Probably not the big names fans are hoping to see. The offers for Carmelo Anthony have been so poor that as much as Phil Jackson wants to move ‘Melo he can’t take those. Indiana isn’t eager to trade Paul George, same with Chicago and Jimmy Butler, and it’s going to take a very unlikely Godfather offer to get those deals done (such as Boston parting with one of their Brooklyn picks). Andre Drummond likely remains a Piston.

Sorry to be Debbie Downer on the big trades.

But here are three guys likely to be moved.

1) Jahlil Okafor, Philadephia 76ers. He’s been in more rumors than Khloe Kardashian the past few months. The latest rumors have the Chicago Bulls making a push to land him, but demanding the Sixers take Nikola Mirotic back in the deal. The Bulls don’t need Mirotic — a stretch four shooing 29 percent from three this season — with the emergence of Cristiano Felicio. Okafor would give Chicago more scoring inside. However, why exactly do the Sixers want Mirotic when they have Dario Saric? The Bulls are going to have to throw more in that deal.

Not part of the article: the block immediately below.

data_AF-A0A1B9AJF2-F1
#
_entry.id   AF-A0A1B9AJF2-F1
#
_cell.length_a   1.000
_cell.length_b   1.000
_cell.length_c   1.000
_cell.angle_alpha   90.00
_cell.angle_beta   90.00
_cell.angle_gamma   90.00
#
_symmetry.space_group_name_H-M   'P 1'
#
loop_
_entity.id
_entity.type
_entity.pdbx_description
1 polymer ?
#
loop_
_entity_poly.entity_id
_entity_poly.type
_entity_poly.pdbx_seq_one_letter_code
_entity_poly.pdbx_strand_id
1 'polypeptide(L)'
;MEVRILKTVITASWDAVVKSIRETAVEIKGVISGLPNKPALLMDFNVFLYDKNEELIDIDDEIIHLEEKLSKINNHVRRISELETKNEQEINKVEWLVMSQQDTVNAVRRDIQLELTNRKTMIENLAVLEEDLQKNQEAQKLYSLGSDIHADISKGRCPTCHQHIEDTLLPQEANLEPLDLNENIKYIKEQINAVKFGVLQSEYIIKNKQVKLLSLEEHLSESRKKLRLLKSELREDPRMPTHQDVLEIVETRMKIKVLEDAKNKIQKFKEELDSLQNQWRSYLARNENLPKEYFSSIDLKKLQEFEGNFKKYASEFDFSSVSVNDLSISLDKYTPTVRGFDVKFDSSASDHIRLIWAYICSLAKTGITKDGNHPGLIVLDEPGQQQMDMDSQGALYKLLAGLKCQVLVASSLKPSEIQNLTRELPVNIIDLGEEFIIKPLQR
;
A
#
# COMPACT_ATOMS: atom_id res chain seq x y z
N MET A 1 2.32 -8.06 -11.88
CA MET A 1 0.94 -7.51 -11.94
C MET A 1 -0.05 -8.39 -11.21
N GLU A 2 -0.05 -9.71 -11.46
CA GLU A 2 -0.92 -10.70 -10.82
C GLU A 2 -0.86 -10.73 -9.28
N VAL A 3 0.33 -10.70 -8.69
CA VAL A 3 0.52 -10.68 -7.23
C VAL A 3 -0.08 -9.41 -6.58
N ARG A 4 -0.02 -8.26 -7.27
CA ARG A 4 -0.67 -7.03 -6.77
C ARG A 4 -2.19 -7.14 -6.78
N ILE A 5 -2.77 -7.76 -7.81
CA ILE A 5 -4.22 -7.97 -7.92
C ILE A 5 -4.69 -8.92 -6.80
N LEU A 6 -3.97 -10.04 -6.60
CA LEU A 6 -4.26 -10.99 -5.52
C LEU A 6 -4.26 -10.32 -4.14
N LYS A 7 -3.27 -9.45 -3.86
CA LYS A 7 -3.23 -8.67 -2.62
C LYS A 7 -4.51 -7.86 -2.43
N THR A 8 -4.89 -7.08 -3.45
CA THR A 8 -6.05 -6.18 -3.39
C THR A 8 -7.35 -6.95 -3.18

Other teams have expressed interest in Okafor, including Indiana. The Sixers need to move people around up front, the only question is price. Because there is a glut of centers on the market — Brook Lopez, Tyson Chandler, Greg Monroe, to name a few — the price has been driven down. There’s more supply than demand. Bryan Colangelo may decide to wait until this summer, but he’d prefer to just get this done.

2) P.J. Tucker, Phoenix Suns. He’s a physical, tough defender who can get you buckets on the other end, a lot of teams could use him. The Clippers had interest and offered a couple of second round picks, but the Suns wanted a first-rounder. The Knicks also had interest at one point, but they don’t have a first-rounder they can move until basically the second coming. Still, Tucker is on the market and I expect some veteran team will come in and try to scoop him up.

3) Darren Collison, Sacramento Kings. After owner Vivek Ranadive finally changed his mind, the Kings moved quickly to trade DeMarcus Cousins and put the team on a new path. A rebuilding path. One that doesn’t have a lot of roster spots for older players. That includes Darren Collison. He’s a solid point guard averaging 13.7 points per game this season, shooting 42 percent from three, and he knows how to run an offense. There’s a lot of teams that could use him, and the Kings can listen to multiple offers than take the best one. But there’s no reason to keep him around the rest of the season.